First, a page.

verb (used with object), pas·quin·ad·ed, pas·quin·ad·ing.
Origin of pasquinade
Examples from the Web for pasquinade
Historical Examples of pasquinade
The author of the pasquinade in question is, I believe, unknown.
A pasquinade printed as a broadside and stuck up in New York city.Poems of American History
I told him, he shou'd not try to pasquinade the Source of his Poesy.Writings in the United Amateur, 1915-1922
Howard Phillips Lovecraft
But how are we to understand the uses of the pasquinade Hymn?The Homeric Hymns
The pasquinade or the squib gets a hold on the mind, and in its very drollery will ensure its being retained there.'Lord Kilgobbin
verb -ades, -ading, -aded, -quils, -quilling or -quilled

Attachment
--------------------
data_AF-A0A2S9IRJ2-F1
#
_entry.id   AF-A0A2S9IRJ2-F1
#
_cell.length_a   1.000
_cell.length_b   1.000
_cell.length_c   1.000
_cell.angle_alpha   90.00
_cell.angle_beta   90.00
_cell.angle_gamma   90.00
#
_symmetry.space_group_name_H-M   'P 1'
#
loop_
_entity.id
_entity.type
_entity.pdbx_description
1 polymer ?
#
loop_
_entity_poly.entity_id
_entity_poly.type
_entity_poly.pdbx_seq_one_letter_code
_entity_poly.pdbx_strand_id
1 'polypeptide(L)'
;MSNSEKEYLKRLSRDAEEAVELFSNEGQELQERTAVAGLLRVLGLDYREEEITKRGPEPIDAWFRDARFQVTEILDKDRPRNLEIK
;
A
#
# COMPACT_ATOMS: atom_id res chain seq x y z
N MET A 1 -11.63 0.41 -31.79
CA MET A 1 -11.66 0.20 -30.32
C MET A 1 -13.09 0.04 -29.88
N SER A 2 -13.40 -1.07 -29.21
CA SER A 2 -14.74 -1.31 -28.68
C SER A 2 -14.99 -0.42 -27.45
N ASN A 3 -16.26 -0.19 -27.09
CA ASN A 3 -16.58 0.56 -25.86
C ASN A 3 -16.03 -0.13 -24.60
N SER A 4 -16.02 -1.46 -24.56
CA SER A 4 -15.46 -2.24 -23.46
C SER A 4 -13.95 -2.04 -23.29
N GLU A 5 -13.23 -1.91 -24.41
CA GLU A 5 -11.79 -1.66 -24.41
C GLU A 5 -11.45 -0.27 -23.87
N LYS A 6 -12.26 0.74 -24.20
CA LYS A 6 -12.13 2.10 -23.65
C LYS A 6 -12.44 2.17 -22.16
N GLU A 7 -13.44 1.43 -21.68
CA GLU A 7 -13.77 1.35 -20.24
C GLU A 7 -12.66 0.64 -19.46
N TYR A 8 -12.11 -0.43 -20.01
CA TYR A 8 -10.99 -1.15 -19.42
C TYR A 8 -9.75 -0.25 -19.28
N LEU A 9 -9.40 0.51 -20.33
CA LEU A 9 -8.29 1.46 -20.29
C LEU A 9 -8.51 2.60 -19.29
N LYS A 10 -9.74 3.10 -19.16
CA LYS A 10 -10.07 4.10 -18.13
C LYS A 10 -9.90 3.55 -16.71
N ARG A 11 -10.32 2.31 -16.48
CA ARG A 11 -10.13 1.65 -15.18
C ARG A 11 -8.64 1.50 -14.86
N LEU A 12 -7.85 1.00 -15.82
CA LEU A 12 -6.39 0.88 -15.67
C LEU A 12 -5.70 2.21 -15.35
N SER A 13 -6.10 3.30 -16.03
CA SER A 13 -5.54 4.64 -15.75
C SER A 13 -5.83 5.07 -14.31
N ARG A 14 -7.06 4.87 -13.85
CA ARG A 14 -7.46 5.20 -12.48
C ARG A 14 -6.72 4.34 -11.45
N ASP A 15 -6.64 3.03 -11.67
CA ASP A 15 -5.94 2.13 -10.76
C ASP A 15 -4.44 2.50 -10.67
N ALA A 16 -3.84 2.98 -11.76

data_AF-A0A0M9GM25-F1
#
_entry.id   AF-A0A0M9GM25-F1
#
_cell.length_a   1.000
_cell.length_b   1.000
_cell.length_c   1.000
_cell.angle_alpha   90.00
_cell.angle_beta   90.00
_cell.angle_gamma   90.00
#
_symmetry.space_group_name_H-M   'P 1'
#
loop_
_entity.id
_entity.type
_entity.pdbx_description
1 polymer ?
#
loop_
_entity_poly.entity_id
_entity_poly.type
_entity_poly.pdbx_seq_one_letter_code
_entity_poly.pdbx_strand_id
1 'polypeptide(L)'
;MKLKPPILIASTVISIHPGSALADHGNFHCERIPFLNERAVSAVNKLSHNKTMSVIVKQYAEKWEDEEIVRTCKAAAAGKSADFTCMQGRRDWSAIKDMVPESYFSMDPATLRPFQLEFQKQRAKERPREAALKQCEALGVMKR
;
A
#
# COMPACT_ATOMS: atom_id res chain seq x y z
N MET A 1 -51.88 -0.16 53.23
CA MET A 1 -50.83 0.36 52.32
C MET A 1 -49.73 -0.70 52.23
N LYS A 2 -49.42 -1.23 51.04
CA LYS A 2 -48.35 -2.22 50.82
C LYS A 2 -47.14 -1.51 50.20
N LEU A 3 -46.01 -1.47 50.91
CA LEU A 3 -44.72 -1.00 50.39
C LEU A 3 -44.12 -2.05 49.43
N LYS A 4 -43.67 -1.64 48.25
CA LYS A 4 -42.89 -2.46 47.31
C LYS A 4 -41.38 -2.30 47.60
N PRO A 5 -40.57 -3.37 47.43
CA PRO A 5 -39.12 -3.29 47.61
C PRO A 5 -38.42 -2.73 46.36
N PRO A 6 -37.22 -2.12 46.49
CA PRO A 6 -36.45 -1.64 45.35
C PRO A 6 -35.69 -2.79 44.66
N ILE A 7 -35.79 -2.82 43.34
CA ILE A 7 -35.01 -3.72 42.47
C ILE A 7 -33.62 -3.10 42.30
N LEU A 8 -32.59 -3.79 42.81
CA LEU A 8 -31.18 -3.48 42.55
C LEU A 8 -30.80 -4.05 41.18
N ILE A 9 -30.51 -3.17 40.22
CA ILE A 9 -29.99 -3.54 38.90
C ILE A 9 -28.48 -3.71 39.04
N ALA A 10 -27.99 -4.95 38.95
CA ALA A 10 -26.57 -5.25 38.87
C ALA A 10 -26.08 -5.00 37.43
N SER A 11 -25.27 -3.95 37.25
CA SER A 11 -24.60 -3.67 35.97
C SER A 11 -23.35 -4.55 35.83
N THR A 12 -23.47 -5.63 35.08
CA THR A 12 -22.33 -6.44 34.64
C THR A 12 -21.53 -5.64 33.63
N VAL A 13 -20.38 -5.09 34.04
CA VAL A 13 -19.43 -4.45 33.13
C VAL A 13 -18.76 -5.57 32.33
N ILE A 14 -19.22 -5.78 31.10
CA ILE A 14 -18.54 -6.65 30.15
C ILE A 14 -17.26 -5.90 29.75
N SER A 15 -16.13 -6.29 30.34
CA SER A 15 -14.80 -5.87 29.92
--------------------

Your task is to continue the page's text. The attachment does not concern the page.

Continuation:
Word Origin for pasquinade
"a lampoon," 1650s, from Middle French, from Italian pasquinata (c.1500), from Pasquino, name given to a mutilated ancient statue (now known to represent Menelaus dragging the dead Patroclus) set up by Cardinal Caraffa in his palace in Rome in 1501; the locals named it after a schoolmaster (or tailor, or barber) named Pasquino who lived nearby. A custom developed of posting satirical verses and lampoons on the statue.